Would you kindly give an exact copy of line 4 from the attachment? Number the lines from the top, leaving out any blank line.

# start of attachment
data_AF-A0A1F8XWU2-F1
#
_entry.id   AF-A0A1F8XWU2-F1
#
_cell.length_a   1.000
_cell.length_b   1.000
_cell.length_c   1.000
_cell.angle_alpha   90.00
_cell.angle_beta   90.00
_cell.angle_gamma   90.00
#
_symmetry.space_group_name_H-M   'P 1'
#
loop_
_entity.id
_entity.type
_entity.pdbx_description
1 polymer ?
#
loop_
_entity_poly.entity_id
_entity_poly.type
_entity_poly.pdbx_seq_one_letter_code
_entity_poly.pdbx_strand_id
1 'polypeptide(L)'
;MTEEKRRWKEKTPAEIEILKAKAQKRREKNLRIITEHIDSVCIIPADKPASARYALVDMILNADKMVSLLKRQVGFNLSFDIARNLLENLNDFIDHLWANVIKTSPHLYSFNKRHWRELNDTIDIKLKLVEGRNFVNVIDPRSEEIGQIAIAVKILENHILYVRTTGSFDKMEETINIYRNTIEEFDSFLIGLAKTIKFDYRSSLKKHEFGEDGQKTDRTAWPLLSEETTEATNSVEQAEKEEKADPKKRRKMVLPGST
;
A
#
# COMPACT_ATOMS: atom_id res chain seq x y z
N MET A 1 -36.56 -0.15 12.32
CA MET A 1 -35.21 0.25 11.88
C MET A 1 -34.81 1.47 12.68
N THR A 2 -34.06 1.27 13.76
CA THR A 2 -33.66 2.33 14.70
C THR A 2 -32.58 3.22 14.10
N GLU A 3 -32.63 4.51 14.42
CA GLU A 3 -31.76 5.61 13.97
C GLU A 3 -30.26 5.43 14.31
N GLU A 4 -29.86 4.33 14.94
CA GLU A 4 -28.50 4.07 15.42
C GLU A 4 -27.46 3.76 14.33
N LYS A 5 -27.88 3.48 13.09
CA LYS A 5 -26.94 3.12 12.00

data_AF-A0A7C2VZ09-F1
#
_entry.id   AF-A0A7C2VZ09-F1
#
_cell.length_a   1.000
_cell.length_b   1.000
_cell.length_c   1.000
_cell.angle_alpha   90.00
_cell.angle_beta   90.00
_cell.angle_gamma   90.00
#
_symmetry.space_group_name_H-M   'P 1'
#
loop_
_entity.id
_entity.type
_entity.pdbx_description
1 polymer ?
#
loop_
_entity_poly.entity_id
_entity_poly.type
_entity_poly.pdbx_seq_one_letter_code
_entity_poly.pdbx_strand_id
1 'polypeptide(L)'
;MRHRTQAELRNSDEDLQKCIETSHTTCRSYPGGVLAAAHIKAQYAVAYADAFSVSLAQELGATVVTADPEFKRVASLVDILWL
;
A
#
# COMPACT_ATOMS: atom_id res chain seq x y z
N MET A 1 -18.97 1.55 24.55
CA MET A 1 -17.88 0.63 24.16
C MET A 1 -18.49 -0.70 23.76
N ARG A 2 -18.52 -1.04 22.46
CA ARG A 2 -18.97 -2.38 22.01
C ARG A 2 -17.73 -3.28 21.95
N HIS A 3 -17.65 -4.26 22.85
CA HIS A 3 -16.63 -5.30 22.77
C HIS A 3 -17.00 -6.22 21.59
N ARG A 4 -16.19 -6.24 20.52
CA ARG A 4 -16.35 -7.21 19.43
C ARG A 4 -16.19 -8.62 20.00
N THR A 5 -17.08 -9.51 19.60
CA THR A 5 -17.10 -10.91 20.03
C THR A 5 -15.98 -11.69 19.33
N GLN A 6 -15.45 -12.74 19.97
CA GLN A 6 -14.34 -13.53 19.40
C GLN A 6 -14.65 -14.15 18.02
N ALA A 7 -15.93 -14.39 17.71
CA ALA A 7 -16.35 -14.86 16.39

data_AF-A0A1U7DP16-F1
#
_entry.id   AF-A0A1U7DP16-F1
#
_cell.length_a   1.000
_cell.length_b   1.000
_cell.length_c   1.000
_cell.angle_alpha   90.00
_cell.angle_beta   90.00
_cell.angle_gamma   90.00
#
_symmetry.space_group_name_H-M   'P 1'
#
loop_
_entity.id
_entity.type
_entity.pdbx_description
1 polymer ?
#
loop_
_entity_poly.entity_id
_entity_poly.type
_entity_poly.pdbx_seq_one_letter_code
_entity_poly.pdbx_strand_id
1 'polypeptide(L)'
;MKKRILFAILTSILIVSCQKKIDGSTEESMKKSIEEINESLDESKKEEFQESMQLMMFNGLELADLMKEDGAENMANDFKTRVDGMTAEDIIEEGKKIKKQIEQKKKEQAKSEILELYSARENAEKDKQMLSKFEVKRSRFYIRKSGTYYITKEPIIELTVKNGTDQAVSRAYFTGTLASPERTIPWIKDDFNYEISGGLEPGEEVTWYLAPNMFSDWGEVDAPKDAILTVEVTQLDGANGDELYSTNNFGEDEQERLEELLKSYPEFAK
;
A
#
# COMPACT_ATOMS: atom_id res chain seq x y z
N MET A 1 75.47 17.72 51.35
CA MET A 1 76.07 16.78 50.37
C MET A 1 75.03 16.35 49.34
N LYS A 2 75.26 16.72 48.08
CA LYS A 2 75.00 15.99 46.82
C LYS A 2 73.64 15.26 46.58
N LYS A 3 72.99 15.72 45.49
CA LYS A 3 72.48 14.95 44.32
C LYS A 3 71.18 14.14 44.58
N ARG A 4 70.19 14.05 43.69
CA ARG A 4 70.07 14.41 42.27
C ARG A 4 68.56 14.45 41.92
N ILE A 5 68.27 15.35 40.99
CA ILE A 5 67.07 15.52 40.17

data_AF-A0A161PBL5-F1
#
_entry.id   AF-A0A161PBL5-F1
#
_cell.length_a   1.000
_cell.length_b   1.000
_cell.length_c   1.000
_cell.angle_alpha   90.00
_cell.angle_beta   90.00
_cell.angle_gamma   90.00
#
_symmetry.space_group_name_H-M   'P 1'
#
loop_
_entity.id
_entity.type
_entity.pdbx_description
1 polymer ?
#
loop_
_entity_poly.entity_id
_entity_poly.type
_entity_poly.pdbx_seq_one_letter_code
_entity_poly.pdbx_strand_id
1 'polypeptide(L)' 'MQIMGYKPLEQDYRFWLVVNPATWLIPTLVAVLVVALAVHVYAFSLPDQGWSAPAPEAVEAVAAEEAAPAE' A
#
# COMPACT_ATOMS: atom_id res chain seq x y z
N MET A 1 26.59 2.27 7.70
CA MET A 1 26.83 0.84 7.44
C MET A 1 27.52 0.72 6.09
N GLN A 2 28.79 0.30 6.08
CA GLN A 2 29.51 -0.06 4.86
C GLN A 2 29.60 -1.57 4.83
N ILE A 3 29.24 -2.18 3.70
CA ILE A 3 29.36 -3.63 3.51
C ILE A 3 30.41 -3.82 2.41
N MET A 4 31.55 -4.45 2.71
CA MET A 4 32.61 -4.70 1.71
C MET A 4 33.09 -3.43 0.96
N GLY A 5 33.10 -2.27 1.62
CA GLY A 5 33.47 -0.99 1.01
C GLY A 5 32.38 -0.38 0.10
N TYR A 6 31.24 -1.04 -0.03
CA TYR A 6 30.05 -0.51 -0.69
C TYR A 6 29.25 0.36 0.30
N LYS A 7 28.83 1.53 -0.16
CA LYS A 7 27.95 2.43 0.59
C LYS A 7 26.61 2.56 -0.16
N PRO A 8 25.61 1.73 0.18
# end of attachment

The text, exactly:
#